Airlines PNG Flight 1600

From Wikipedia, the free encyclopedia
Jump to: navigation, search
Airlines PNG Flight 1600
Airlines PNG Dash 8 Mt Hagen PNG.jpg
An Airlines PNG de Havilland Canada Dash 8 at Kagamuga Airport.
Accident summary
Date 13 October 2011
Summary Propeller overspeed with catastrophic engine damage on both engines
Site 20 km S of Madang Airport, Papua New Guinea.[1]
5°22′19″S 145°41′19″E / 5.37194°S 145.68861°E / -5.37194; 145.68861Coordinates: 5°22′19″S 145°41′19″E / 5.37194°S 145.68861°E / -5.37194; 145.68861
Passengers 29
Crew 3
Fatalities 28[2]
Injuries (non-fatal) 4
Survivors 4[2]
Aircraft type de Havilland Canada Dash 8
Operator Airlines PNG
Registration P2-MCJ[1]
Flight origin Lae Nadzab Airport, Papua New Guinea
Destination Madang Airport, Papua New Guinea

Airlines PNG Flight 1600 was a scheduled regular commuter passenger flight that made a forced landing in a densely forested and mountainous area near the mouth of the Gogol River, Papua New Guinea on 13 October 2011. 28 of the 32 on board died. The aircraft involved, a de Havilland Canada DHC-8-100 (known as a Dash 8), was operating Airlines PNG's scheduled domestic service from Lae Nadzab Airport to Madang Airport. The crash site was over 40 km south of the destination airport.[2][3]

It was the deadliest plane crash in Papua New Guinea[4] and the third deadliest accident involving a Dash-8, as the first was the crash of Colgan Air Flight 3407 in western New York which killed 50 people and the second was the crash of a Bangkok Airways Dash-8 in Koh Samui in 1990 which killed all 38 people on board. As of November 2015, it remains as the most recent air disaster with over 20 fatalities in Papua New Guinea's soil.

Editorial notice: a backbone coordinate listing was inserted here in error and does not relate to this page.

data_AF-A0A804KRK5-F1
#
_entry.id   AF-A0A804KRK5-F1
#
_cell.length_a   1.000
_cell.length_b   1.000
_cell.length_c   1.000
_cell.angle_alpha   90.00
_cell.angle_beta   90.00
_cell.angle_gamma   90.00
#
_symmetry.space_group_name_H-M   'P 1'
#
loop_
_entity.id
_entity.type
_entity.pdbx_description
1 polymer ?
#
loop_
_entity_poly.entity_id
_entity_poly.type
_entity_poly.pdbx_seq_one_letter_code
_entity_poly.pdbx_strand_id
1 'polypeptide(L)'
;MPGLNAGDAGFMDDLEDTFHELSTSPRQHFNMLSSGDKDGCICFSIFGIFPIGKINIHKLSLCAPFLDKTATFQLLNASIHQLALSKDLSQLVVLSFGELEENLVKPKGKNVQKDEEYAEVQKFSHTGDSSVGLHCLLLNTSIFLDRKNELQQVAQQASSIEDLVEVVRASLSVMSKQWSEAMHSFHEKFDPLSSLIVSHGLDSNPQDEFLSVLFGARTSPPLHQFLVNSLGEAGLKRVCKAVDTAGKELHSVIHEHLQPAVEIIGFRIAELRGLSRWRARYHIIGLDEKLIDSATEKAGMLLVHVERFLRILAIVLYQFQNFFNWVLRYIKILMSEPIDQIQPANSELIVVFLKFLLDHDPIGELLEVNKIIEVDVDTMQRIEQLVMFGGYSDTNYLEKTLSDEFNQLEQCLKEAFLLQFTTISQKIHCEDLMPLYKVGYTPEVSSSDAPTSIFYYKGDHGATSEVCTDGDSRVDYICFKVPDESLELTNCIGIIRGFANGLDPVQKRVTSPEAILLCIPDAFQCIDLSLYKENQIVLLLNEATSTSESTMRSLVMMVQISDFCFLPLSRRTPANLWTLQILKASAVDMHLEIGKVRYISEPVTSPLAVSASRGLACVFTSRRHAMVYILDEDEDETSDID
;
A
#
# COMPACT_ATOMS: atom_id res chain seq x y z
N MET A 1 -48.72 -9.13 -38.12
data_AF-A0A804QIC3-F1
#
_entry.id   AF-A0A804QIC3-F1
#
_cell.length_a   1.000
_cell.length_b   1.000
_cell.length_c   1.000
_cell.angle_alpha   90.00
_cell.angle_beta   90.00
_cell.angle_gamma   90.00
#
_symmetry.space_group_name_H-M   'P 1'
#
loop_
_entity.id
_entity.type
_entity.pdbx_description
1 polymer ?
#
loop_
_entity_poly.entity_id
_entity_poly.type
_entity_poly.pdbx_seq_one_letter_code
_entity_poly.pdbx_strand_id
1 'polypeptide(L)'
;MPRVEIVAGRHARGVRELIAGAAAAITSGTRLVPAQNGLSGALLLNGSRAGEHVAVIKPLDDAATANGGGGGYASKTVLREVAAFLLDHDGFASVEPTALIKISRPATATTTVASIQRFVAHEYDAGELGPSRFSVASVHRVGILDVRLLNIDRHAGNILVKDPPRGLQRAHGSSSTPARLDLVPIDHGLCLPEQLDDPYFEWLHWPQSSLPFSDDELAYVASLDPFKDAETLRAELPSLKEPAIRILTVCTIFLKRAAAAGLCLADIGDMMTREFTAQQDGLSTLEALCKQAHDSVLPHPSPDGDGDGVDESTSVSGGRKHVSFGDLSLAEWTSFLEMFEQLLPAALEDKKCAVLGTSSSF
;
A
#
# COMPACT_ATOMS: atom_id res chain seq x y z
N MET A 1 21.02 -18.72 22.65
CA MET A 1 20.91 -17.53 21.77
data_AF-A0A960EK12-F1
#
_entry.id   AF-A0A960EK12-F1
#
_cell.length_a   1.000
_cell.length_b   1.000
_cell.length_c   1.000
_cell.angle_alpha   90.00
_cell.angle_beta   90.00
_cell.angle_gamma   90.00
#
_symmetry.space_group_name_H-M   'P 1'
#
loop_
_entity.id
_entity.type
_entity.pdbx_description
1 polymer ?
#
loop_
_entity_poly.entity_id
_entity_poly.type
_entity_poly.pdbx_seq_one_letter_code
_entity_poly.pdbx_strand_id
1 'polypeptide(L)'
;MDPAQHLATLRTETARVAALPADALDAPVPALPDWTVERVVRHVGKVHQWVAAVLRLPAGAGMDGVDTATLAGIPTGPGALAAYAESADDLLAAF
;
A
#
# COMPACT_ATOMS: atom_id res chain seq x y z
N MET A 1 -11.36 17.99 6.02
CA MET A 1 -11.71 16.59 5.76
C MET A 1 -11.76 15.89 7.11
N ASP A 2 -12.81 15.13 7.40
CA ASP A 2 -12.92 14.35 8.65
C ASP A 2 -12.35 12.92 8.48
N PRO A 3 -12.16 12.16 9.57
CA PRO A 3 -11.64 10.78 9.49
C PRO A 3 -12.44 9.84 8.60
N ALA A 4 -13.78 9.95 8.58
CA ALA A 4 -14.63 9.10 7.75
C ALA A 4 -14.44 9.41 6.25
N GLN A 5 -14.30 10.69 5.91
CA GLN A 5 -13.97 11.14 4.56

The investigation found the propellers oversped because the Captain pulled the power levers through the flight idle gate and into the ground beta range during flight. This was prohibited by the Aircraft Flight Manual. Although a 'beta lockout' mechanism did exist for DHC-8-100,-200, and -300 series aircraft which prevented the propellers from going into reverse even if the power levers were moved into the beta range during flight, this mechanism was only required by regulation to be installed in DHC-8 aircraft operating in the USA. It was not required to be fitted to DHC-8 aircraft in Papua New Guinea, and it was not fitted to MCJ. If a beta lockout mechanism had been installed on the aircraft, the double propeller overspeed would not have occurred when the power levers were moved below the flight idle range and in the ground beta range during flight. Installation of this mechanism is now mandatory on DHC-8 aircraft worldwide by 19 June 2016. If the pilots had followed the standard emergency procedures detailed in company manuals, they would have given themselves more time to manage the emergency, consider their options, and carry out the approach and forced landing.[5]